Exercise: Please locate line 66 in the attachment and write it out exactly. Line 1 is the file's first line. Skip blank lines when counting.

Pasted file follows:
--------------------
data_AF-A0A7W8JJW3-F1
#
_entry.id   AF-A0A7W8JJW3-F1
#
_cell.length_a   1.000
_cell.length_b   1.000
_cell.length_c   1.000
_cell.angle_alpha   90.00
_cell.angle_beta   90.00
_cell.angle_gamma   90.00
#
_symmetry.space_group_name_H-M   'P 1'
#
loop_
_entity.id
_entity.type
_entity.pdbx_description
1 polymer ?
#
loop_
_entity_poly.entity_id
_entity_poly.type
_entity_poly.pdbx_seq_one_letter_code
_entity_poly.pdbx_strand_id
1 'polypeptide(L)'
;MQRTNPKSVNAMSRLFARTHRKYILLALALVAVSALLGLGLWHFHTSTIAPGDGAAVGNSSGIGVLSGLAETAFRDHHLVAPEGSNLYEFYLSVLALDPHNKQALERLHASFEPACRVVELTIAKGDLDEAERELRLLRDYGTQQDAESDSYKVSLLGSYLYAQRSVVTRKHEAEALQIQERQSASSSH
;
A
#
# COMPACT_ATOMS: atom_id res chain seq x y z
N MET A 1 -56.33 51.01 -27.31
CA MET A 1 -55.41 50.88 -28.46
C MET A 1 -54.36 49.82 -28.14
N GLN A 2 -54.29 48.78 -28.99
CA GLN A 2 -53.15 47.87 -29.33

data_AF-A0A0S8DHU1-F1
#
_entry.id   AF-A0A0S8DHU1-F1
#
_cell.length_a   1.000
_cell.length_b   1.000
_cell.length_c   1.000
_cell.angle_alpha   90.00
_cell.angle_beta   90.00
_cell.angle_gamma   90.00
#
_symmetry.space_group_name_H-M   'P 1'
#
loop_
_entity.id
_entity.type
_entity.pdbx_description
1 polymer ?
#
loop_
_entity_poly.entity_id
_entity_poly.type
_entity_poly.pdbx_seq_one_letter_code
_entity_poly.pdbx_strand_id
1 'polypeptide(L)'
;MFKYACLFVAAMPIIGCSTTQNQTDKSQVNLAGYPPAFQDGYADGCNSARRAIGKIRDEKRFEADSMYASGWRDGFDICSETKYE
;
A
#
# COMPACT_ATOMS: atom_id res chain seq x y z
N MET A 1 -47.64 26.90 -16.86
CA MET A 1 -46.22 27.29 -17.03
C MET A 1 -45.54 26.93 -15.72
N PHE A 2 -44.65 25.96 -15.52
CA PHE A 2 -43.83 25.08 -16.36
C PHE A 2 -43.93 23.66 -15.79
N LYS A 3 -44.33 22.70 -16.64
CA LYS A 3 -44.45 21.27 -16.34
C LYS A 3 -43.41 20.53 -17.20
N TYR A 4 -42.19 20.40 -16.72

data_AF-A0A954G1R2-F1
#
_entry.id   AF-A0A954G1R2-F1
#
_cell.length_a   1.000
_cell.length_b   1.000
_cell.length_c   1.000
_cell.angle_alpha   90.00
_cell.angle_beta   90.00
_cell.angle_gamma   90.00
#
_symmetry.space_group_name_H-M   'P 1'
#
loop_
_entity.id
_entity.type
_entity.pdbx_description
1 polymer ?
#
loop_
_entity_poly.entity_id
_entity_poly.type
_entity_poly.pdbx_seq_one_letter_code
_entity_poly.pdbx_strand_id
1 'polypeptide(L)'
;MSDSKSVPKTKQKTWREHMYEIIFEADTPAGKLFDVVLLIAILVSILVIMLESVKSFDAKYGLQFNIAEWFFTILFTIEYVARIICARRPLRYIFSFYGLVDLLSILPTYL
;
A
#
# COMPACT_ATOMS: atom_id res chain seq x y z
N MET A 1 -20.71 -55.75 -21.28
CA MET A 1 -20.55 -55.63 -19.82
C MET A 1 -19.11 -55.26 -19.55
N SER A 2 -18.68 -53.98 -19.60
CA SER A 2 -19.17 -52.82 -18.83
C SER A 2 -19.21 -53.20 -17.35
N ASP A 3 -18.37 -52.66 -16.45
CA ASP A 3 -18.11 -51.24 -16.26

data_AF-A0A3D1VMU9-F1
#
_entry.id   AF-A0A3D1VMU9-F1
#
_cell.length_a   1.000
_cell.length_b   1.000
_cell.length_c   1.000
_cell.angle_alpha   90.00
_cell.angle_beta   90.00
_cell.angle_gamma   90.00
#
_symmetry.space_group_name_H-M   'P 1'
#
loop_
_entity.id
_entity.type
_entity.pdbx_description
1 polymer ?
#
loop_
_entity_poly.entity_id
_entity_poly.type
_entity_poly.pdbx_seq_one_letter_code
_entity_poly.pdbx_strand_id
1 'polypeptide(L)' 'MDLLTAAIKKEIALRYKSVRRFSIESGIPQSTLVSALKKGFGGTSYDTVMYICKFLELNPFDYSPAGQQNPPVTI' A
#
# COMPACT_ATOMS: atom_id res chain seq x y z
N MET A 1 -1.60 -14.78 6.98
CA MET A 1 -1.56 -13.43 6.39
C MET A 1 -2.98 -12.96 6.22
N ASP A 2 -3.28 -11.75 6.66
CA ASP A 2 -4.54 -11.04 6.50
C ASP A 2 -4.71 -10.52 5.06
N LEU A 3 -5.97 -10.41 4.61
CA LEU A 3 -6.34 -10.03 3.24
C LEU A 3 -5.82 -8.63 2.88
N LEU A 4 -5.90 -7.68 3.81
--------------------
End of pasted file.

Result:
N MET A 1 -47.64 26.90 -16.86